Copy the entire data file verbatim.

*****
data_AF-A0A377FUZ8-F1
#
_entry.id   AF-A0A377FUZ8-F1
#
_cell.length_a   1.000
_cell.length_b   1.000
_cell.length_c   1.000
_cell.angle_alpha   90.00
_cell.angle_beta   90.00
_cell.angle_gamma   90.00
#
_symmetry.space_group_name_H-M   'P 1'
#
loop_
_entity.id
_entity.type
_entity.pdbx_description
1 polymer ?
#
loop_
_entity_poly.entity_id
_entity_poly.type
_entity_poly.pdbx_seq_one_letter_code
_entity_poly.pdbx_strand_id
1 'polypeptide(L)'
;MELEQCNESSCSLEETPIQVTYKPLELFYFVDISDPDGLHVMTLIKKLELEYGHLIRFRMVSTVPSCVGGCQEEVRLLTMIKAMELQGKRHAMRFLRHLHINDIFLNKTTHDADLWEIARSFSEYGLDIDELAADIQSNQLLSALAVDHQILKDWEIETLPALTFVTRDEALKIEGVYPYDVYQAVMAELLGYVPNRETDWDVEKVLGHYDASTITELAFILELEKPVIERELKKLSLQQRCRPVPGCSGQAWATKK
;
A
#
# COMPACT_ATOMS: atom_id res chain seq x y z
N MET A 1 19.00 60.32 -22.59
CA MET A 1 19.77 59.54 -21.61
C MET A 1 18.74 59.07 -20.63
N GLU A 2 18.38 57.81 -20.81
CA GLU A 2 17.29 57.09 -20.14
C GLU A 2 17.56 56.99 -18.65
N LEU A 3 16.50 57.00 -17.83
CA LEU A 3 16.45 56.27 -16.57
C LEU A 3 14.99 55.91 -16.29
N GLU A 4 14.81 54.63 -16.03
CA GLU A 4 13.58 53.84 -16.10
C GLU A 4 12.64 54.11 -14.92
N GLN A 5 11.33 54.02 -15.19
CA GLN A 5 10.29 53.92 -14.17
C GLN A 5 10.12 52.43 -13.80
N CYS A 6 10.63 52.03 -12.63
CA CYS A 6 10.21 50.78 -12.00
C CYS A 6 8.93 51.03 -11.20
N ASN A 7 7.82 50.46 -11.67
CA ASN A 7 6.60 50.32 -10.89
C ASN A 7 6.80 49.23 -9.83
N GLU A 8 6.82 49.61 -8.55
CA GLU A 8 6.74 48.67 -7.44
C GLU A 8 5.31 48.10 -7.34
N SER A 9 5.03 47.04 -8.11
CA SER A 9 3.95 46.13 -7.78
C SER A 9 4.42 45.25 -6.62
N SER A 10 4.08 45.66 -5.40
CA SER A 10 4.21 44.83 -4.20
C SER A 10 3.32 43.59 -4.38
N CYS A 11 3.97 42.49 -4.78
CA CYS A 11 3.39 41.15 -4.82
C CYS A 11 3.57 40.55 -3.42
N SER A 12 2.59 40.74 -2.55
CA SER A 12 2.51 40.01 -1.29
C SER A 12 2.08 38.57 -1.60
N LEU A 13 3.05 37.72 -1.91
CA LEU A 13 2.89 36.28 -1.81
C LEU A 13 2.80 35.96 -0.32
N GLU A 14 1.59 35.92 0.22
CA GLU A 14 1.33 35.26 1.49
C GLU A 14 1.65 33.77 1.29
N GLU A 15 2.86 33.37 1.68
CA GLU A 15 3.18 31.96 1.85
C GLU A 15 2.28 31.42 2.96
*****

data_AF-A0A377FUZ8-F1
#
_entry.id   AF-A0A377FUZ8-F1
#
_cell.length_a   1.000
_cell.length_b   1.000
_cell.length_c   1.000
_cell.angle_alpha   90.00
_cell.angle_beta   90.00
_cell.angle_gamma   90.00
#
_symmetry.space_group_name_H-M   'P 1'
#
loop_
_entity.id
_entity.type
_entity.pdbx_description
1 polymer ?
#
loop_
_entity_poly.entity_id
_entity_poly.type
_entity_poly.pdbx_seq_one_letter_code
_entity_poly.pdbx_strand_id
1 'polypeptide(L)'
;MELEQCNESSCSLEETPIQVTYKPLELFYFVDISDPDGLHVMTLIKKLELEYGHLIRFRMVSTVPSCVGGCQEEVRLLTMIKAMELQGKRHAMRFLRHLHINDIFLNKTTHDADLWEIARSFSEYGLDIDELAADIQSNQLLSALAVDHQILKDWEIETLPALTFVTRDEALKIEGVYPYDVYQAVMAELLGYVPNRETDWDVEKVLGHYDASTITELAFILELEKPVIERELKKLSLQQRCRPVPGCSGQAWATKK
;
A
#
# COMPACT_ATOMS: atom_id res chain seq x y z
N MET A 1 19.00 60.32 -22.59
CA MET A 1 19.77 59.54 -21.61
C MET A 1 18.74 59.07 -20.63
N GLU A 2 18.38 57.81 -20.81
CA GLU A 2 17.29 57.09 -20.14
C GLU A 2 17.56 56.99 -18.65
N LEU A 3 16.50 57.00 -17.83
CA LEU A 3 16.45 56.27 -16.57
C LEU A 3 14.99 55.91 -16.29
N GLU A 4 14.81 54.63 -16.03
CA GLU A 4 13.58 53.84 -16.10
C GLU A 4 12.64 54.11 -14.92
N GLN A 5 11.33 54.02 -15.19
CA GLN A 5 10.29 53.92 -14.17
C GLN A 5 10.12 52.43 -13.80
N CYS A 6 10.63 52.03 -12.63
CA CYS A 6 10.21 50.78 -12.00
C CYS A 6 8.93 51.03 -11.20
N ASN A 7 7.82 50.46 -11.67
CA ASN A 7 6.60 50.32 -10.89
C ASN A 7 6.80 49.23 -9.83
N GLU A 8 6.82 49.61 -8.55
CA GLU A 8 6.74 48.67 -7.44
C GLU A 8 5.31 48.10 -7.34
N SER A 9 5.03 47.04 -8.11
CA SER A 9 3.95 46.13 -7.78
C SER A 9 4.42 45.25 -6.62
N SER A 10 4.08 45.66 -5.40
CA SER A 10 4.21 44.83 -4.20
C SER A 10 3.32 43.59 -4.38
N CYS A 11 3.97 42.49 -4.78
CA CYS A 11 3.39 41.15 -4.82
C CYS A 11 3.57 40.55 -3.42
N SER A 12 2.59 40.74 -2.55
CA SER A 12 2.51 40.01 -1.29
C SER A 12 2.08 38.57 -1.60
N LEU A 13 3.05 37.72 -1.91
CA LEU A 13 2.89 36.28 -1.81
C LEU A 13 2.80 35.96 -0.32
N GLU A 14 1.59 35.92 0.22
CA GLU A 14 1.33 35.26 1.49
C GLU A 14 1.65 33.77 1.29
N GLU A 15 2.86 33.37 1.68
CA GLU A 15 3.18 31.96 1.85
C GLU A 15 2.28 31.42 2.96